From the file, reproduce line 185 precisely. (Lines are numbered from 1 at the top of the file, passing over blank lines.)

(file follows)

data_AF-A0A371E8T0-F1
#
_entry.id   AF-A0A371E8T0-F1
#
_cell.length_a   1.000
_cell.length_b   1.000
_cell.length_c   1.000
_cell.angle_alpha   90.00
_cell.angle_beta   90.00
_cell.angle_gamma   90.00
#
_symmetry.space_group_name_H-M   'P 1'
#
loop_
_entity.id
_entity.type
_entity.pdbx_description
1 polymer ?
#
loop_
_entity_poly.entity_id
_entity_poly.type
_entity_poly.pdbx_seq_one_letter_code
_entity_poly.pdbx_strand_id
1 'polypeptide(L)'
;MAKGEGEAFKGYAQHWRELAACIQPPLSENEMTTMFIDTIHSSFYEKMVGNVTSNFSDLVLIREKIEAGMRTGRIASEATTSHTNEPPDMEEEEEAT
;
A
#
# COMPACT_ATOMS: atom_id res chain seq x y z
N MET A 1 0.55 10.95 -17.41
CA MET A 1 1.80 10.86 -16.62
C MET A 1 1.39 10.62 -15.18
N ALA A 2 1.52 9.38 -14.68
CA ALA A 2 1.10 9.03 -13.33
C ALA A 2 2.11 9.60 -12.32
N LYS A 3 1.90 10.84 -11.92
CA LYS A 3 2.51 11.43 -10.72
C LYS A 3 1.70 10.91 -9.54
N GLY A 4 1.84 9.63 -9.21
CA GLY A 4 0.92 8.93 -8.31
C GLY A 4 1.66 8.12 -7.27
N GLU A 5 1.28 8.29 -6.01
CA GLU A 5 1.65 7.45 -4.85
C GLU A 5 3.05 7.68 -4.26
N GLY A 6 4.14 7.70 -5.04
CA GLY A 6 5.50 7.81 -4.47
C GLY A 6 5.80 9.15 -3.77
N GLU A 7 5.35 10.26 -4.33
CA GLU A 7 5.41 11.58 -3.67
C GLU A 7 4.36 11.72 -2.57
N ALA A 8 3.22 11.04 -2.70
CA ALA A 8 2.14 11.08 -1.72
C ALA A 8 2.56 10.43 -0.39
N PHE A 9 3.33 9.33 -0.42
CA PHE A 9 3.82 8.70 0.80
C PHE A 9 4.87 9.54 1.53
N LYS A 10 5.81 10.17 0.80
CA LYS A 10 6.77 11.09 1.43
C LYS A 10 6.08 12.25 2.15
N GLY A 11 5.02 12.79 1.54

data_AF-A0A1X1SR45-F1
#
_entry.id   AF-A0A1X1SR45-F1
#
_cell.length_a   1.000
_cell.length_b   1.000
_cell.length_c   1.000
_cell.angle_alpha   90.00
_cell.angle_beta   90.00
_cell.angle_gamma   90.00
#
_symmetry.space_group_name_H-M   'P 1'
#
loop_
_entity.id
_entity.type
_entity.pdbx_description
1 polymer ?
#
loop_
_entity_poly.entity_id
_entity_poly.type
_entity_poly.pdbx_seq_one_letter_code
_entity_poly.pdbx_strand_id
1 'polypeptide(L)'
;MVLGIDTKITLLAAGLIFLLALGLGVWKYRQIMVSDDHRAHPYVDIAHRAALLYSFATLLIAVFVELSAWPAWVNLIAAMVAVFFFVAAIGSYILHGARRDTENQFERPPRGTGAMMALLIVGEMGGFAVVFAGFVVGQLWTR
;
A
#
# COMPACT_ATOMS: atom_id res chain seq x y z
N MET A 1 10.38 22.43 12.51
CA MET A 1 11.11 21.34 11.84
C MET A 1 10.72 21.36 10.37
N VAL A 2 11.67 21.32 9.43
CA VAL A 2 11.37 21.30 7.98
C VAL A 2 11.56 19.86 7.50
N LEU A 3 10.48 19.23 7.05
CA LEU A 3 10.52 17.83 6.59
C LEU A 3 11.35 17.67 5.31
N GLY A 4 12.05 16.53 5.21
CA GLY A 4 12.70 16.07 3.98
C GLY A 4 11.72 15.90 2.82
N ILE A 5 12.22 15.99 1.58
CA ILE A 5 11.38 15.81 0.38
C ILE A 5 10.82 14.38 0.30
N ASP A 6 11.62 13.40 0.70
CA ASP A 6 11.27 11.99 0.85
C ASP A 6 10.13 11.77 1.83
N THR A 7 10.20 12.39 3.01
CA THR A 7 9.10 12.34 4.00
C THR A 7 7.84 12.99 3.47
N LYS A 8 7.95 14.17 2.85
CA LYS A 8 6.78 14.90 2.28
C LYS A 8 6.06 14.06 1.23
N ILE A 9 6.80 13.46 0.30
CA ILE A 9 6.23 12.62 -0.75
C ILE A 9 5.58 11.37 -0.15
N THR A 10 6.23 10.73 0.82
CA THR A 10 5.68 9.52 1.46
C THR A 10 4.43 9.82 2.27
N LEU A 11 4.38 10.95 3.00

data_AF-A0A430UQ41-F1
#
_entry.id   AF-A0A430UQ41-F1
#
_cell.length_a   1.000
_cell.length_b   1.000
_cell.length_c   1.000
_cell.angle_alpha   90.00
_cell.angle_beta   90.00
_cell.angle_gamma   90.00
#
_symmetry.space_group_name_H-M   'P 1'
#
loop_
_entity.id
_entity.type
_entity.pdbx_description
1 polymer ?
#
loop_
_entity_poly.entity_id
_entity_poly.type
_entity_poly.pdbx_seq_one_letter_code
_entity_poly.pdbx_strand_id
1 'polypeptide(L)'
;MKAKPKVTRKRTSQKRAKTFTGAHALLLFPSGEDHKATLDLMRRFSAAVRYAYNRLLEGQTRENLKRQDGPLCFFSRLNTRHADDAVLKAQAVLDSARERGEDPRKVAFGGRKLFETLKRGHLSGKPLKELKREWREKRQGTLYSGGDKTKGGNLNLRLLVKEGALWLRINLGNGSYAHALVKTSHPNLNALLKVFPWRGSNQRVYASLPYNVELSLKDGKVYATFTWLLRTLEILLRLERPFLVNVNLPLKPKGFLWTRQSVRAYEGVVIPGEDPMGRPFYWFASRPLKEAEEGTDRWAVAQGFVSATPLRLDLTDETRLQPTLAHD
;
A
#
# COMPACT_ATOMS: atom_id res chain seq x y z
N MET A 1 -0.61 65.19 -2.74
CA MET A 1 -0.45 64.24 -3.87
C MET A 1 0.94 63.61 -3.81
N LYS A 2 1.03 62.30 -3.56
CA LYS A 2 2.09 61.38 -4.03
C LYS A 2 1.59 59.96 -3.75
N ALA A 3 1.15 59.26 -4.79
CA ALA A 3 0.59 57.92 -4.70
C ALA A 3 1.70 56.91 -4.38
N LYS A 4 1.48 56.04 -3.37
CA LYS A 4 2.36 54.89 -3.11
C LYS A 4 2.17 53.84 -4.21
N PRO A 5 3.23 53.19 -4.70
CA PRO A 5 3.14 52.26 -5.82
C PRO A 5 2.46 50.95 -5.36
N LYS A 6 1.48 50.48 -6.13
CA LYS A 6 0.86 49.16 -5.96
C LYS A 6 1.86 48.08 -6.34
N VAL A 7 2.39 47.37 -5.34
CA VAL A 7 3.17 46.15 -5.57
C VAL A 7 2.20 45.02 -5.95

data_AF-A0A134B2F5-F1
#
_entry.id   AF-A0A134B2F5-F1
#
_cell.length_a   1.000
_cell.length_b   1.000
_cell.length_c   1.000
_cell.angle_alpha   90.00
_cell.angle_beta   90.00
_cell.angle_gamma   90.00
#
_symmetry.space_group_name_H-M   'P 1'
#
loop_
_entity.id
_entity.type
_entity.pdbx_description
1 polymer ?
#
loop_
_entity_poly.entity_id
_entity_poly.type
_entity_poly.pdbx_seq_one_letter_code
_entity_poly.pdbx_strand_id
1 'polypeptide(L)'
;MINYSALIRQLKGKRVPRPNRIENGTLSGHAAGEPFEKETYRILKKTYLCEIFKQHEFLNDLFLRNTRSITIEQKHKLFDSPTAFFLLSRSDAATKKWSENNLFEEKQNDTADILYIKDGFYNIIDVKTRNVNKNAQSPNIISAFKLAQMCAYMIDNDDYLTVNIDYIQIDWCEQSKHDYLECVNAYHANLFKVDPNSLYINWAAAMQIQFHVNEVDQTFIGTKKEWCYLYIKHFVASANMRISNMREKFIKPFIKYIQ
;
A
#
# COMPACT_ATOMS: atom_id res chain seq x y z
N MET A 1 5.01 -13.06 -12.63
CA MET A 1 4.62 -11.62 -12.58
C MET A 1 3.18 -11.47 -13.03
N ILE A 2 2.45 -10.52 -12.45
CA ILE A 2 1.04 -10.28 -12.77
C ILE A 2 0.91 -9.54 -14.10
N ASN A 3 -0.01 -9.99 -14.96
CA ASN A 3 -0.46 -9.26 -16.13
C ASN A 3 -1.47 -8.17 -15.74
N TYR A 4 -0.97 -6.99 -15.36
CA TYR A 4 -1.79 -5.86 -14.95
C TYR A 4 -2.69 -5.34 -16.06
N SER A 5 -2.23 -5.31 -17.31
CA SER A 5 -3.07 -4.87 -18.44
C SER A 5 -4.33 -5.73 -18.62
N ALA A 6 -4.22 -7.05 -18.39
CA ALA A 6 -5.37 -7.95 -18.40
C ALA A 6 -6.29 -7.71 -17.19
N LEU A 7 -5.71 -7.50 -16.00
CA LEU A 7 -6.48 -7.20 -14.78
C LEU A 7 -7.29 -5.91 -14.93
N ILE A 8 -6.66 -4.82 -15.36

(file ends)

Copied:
_symmetry.space_group_name_H-M   'P 1'